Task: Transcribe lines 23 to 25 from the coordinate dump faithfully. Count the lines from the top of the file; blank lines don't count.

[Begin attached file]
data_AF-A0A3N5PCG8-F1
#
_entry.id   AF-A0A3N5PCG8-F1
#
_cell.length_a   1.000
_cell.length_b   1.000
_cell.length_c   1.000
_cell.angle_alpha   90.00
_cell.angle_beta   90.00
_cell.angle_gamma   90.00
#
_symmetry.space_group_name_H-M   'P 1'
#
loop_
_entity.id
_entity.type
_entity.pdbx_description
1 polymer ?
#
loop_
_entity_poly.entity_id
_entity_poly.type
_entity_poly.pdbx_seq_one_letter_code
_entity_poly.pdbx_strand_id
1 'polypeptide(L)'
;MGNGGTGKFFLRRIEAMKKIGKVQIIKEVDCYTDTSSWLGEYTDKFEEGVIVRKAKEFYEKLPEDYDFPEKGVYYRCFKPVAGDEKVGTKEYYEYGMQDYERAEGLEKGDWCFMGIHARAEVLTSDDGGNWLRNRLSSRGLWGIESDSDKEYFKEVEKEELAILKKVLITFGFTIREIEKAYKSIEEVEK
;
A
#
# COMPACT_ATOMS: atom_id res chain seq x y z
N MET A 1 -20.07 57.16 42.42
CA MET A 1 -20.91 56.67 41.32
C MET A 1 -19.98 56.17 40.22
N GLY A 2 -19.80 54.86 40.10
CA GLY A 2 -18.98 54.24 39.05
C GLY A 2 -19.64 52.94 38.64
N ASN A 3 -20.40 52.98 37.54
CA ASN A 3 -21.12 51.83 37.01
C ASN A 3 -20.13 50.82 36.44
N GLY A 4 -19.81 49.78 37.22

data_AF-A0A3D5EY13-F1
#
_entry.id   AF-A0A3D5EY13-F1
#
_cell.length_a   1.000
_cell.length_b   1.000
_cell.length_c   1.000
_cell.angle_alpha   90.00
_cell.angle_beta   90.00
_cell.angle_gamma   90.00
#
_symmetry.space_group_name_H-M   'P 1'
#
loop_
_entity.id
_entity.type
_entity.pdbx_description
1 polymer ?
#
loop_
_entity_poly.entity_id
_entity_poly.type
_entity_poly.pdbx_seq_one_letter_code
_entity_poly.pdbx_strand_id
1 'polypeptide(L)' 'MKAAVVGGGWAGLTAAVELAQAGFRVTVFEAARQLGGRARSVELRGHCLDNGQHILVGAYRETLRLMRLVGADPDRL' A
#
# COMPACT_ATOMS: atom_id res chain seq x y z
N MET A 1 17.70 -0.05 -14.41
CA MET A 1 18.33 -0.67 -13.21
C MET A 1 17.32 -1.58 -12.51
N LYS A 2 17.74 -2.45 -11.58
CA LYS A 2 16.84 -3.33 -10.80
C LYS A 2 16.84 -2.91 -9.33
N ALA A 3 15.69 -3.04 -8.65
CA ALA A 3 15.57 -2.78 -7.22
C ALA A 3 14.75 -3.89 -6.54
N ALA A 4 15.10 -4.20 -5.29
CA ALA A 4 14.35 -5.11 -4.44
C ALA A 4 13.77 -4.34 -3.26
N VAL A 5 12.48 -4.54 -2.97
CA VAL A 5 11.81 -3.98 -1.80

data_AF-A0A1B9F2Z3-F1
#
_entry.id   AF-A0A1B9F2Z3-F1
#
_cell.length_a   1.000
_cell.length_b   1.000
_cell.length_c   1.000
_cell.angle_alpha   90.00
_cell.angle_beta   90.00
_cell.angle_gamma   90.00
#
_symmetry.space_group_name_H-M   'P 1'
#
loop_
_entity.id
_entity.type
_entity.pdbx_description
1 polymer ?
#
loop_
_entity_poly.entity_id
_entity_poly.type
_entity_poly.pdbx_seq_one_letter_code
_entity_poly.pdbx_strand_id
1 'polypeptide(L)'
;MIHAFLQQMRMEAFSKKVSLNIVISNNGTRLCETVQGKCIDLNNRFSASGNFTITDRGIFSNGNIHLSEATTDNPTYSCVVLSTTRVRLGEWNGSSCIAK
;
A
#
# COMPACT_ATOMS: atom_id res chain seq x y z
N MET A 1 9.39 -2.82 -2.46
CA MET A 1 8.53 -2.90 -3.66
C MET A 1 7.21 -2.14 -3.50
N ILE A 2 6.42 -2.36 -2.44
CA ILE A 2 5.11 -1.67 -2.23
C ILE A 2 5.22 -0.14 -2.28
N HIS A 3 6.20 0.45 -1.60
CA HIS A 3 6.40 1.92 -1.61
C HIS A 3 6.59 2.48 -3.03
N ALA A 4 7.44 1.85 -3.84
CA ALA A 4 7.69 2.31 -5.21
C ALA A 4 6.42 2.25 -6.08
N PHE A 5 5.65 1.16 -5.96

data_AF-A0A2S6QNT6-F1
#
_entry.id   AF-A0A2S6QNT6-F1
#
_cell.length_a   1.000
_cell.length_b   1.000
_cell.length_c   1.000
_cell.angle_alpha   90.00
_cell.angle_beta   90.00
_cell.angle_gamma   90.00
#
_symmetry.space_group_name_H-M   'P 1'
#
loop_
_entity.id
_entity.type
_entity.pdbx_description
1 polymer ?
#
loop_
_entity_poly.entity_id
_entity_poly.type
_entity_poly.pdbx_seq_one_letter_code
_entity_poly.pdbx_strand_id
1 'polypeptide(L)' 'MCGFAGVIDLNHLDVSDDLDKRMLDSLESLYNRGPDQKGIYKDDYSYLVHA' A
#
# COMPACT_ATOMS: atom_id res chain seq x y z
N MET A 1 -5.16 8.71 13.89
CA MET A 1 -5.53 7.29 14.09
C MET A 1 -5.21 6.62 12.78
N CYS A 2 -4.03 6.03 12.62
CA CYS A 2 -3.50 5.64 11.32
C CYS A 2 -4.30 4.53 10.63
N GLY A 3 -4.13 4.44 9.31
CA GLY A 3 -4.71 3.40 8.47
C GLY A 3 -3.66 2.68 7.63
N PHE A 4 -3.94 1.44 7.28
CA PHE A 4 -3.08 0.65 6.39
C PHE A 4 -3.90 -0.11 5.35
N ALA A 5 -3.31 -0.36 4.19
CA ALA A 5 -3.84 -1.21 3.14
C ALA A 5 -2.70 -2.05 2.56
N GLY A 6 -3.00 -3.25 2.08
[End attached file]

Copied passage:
_entity_poly.pdbx_seq_one_letter_code
_entity_poly.pdbx_strand_id
1 'polypeptide(L)'